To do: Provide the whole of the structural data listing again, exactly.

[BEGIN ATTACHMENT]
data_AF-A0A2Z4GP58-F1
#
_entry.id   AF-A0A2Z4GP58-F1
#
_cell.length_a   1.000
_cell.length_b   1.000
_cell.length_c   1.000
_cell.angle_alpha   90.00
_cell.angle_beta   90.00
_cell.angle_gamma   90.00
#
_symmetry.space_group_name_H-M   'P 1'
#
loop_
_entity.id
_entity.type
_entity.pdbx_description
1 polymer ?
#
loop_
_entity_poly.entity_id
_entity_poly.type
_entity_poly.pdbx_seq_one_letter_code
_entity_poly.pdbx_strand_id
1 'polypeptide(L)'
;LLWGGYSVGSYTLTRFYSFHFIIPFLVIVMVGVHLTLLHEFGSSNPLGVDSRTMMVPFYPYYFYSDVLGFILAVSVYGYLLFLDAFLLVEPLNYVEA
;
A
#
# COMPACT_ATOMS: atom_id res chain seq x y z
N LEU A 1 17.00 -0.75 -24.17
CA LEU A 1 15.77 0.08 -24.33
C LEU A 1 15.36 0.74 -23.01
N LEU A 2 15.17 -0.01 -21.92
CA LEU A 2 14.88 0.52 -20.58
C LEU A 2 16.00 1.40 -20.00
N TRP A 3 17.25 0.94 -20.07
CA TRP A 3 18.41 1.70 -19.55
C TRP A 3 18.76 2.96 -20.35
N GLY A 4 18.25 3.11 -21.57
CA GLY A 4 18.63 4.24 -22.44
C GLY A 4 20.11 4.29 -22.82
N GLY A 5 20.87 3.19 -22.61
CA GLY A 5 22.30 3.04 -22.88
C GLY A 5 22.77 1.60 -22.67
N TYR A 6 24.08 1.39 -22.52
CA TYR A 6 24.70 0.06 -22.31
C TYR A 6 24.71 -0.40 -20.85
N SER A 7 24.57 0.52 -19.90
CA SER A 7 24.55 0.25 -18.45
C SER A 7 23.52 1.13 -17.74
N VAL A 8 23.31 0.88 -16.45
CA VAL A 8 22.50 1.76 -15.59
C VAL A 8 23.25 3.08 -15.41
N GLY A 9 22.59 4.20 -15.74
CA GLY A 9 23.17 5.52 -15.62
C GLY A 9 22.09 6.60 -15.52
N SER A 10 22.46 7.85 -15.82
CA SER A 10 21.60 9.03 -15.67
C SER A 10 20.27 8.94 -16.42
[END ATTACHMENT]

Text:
data_AF-A0A2Z4GP58-F1
#
_entry.id   AF-A0A2Z4GP58-F1
#
_cell.length_a   1.000
_cell.length_b   1.000
_cell.length_c   1.000
_cell.angle_alpha   90.00
_cell.angle_beta   90.00
_cell.angle_gamma   90.00
#
_symmetry.space_group_name_H-M   'P 1'
#
loop_
_entity.id
_entity.type
_entity.pdbx_description
1 polymer ?
#
loop_
_entity_poly.entity_id
_entity_poly.type
_entity_poly.pdbx_seq_one_letter_code
_entity_poly.pdbx_strand_id
1 'polypeptide(L)'
;LLWGGYSVGSYTLTRFYSFHFIIPFLVIVMVGVHLTLLHEFGSSNPLGVDSRTMMVPFYPYYFYSDVLGFILAVSVYGYLLFLDAFLLVEPLNYVEA
;
A
#
# COMPACT_ATOMS: atom_id res chain seq x y z
N LEU A 1 17.00 -0.75 -24.17
CA LEU A 1 15.77 0.08 -24.33
C LEU A 1 15.36 0.74 -23.01
N LEU A 2 15.17 -0.01 -21.92
CA LEU A 2 14.88 0.52 -20.58
C LEU A 2 16.00 1.40 -20.00
N TRP A 3 17.25 0.94 -20.07
CA TRP A 3 18.41 1.70 -19.55
C TRP A 3 18.76 2.96 -20.35
N GLY A 4 18.25 3.11 -21.57
CA GLY A 4 18.63 4.24 -22.44
C GLY A 4 20.11 4.29 -22.82
N GLY A 5 20.87 3.19 -22.61
CA GLY A 5 22.30 3.04 -22.88
C GLY A 5 22.77 1.60 -22.67
N TYR A 6 24.08 1.39 -22.52
CA TYR A 6 24.70 0.06 -22.31
C TYR A 6 24.71 -0.40 -20.85
N SER A 7 24.57 0.52 -19.90
CA SER A 7 24.55 0.25 -18.45
C SER A 7 23.52 1.13 -17.74
N VAL A 8 23.31 0.88 -16.45
CA VAL A 8 22.50 1.76 -15.59
C VAL A 8 23.25 3.08 -15.41
N GLY A 9 22.59 4.20 -15.74
CA GLY A 9 23.17 5.52 -15.62
C GLY A 9 22.09 6.60 -15.52
N SER A 10 22.46 7.85 -15.82
CA SER A 10 21.60 9.03 -15.67
C SER A 10 20.27 8.94 -16.42